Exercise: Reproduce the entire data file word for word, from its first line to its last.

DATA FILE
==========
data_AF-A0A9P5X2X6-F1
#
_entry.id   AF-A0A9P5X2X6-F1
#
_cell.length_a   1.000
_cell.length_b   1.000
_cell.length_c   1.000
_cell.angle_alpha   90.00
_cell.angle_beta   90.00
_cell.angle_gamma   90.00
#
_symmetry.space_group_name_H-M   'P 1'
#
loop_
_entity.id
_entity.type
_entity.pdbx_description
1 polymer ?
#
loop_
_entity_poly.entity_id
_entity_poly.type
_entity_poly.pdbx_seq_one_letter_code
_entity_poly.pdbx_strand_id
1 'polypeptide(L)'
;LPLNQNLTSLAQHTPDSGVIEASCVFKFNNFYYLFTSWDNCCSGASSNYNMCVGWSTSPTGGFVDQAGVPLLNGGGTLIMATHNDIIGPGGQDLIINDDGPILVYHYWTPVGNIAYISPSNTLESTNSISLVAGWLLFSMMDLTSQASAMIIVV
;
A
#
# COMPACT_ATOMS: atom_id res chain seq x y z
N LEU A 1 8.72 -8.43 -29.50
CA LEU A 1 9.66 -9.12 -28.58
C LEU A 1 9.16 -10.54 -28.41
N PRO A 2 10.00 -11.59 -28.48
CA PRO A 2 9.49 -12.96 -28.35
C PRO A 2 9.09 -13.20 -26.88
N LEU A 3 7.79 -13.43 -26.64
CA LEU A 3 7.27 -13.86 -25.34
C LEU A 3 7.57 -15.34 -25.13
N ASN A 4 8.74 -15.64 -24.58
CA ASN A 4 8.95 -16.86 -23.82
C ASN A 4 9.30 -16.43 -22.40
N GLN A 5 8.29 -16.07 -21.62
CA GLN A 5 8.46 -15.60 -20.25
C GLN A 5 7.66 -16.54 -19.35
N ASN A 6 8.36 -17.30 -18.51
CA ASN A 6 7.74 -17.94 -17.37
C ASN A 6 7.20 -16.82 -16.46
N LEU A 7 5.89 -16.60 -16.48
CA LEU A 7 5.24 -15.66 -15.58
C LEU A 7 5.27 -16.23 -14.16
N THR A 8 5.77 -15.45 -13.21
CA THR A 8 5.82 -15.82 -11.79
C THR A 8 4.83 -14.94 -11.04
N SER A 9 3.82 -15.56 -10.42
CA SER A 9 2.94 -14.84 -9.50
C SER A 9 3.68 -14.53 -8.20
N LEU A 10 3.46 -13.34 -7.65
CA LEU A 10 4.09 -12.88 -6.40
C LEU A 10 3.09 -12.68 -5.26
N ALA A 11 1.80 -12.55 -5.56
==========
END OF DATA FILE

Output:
data_AF-A0A9P5X2X6-F1
#
_entry.id   AF-A0A9P5X2X6-F1
#
_cell.length_a   1.000
_cell.length_b   1.000
_cell.length_c   1.000
_cell.angle_alpha   90.00
_cell.angle_beta   90.00
_cell.angle_gamma   90.00
#
_symmetry.space_group_name_H-M   'P 1'
#
loop_
_entity.id
_entity.type
_entity.pdbx_description
1 polymer ?
#
loop_
_entity_poly.entity_id
_entity_poly.type
_entity_poly.pdbx_seq_one_letter_code
_entity_poly.pdbx_strand_id
1 'polypeptide(L)'
;LPLNQNLTSLAQHTPDSGVIEASCVFKFNNFYYLFTSWDNCCSGASSNYNMCVGWSTSPTGGFVDQAGVPLLNGGGTLIMATHNDIIGPGGQDLIINDDGPILVYHYWTPVGNIAYISPSNTLESTNSISLVAGWLLFSMMDLTSQASAMIIVV
;
A
#
# COMPACT_ATOMS: atom_id res chain seq x y z
N LEU A 1 8.72 -8.43 -29.50
CA LEU A 1 9.66 -9.12 -28.58
C LEU A 1 9.16 -10.54 -28.41
N PRO A 2 10.00 -11.59 -28.48
CA PRO A 2 9.49 -12.96 -28.35
C PRO A 2 9.09 -13.20 -26.88
N LEU A 3 7.79 -13.43 -26.64
CA LEU A 3 7.27 -13.86 -25.34
C LEU A 3 7.57 -15.34 -25.13
N ASN A 4 8.74 -15.64 -24.58
CA ASN A 4 8.95 -16.86 -23.82
C ASN A 4 9.30 -16.43 -22.40
N GLN A 5 8.29 -16.07 -21.62
CA GLN A 5 8.46 -15.60 -20.25
C GLN A 5 7.66 -16.54 -19.35
N ASN A 6 8.36 -17.30 -18.51
CA ASN A 6 7.74 -17.94 -17.37
C ASN A 6 7.20 -16.82 -16.46
N LEU A 7 5.89 -16.60 -16.48
CA LEU A 7 5.24 -15.66 -15.58
C LEU A 7 5.27 -16.23 -14.16
N THR A 8 5.77 -15.45 -13.21
CA THR A 8 5.82 -15.82 -11.79
C THR A 8 4.83 -14.94 -11.04
N SER A 9 3.82 -15.56 -10.42
CA SER A 9 2.94 -14.84 -9.50
C SER A 9 3.68 -14.53 -8.20
N LEU A 10 3.46 -13.34 -7.65
CA LEU A 10 4.09 -12.88 -6.40
C LEU A 10 3.09 -12.68 -5.26
N ALA A 11 1.80 -12.55 -5.56